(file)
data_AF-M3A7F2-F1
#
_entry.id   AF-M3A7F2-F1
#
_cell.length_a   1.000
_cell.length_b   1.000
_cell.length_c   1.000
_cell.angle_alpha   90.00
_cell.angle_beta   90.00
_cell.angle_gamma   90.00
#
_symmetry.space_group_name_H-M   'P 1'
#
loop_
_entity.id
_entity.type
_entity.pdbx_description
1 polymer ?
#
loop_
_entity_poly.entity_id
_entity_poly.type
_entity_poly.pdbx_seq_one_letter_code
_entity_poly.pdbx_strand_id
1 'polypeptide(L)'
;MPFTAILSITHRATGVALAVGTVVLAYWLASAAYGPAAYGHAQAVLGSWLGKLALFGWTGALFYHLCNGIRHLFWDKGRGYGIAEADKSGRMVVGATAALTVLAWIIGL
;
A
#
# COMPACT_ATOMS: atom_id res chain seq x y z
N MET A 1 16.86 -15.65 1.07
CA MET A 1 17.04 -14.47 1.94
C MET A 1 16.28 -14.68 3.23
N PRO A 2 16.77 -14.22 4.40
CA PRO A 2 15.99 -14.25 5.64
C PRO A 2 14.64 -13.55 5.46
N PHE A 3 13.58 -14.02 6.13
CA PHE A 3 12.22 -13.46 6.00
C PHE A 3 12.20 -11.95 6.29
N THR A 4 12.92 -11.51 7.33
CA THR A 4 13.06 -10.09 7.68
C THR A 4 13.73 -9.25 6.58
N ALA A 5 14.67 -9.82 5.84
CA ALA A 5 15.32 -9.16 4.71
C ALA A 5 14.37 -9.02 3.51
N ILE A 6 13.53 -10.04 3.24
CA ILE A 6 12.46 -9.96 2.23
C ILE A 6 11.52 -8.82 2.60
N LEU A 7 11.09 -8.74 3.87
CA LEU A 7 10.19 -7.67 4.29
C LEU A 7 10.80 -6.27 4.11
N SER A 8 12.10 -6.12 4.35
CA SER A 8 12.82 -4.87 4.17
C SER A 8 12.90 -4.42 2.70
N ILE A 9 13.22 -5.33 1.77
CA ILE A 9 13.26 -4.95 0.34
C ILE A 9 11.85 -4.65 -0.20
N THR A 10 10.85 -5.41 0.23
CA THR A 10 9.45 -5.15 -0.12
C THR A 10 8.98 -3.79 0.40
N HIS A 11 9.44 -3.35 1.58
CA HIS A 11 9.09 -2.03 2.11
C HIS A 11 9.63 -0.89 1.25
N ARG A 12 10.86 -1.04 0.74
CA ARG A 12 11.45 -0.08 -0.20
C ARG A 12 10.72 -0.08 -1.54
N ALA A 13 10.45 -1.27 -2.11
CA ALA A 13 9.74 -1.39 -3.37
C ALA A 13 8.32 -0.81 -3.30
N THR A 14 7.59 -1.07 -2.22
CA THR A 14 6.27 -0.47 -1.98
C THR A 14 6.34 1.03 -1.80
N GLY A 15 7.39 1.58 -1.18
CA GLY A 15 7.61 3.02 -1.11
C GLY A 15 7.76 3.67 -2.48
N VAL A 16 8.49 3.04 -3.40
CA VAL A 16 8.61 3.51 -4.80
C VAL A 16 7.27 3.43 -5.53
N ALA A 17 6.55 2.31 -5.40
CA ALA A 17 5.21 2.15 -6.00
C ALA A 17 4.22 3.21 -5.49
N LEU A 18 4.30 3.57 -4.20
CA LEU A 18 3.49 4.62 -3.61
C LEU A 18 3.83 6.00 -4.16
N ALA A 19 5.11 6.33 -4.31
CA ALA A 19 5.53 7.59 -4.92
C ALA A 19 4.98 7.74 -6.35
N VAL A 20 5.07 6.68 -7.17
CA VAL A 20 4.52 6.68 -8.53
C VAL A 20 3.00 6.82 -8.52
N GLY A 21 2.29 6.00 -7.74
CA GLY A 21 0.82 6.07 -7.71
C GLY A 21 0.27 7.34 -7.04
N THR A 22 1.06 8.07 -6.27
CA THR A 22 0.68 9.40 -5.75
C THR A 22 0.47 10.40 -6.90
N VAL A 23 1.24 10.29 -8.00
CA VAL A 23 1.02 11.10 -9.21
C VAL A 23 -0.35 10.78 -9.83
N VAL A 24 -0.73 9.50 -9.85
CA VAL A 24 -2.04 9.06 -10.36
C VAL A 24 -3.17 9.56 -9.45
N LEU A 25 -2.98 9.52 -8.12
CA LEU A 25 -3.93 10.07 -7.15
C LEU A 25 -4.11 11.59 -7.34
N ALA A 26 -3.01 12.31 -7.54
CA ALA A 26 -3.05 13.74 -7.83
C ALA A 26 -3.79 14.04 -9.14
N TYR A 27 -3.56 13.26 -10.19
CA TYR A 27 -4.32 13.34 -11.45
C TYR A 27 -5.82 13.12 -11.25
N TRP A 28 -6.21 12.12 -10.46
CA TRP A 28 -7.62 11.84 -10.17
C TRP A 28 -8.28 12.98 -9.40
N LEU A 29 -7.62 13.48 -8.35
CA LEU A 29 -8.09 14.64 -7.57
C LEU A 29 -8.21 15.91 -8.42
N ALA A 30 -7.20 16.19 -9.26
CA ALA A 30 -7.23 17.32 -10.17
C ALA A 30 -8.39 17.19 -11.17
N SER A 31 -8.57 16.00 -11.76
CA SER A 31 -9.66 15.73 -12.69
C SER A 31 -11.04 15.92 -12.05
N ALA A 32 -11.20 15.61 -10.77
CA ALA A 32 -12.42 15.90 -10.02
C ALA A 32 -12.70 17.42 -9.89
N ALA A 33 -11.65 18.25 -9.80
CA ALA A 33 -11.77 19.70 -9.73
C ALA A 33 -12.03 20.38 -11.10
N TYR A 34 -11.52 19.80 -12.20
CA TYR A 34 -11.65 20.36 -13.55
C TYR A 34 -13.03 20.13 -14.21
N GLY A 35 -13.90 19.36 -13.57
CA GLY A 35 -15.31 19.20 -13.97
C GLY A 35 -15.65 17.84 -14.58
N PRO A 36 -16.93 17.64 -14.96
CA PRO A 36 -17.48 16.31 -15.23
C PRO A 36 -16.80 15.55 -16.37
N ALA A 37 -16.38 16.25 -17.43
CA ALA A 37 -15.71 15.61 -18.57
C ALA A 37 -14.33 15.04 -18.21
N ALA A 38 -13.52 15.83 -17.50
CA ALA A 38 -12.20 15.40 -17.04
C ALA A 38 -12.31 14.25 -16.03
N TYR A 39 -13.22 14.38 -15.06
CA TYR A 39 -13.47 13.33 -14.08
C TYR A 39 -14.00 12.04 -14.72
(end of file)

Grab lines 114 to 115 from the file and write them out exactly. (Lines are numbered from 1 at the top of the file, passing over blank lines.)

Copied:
C TRP A 28 -8.28 12.98 -9.40
N LEU A 29 -7.62 13.48 -8.35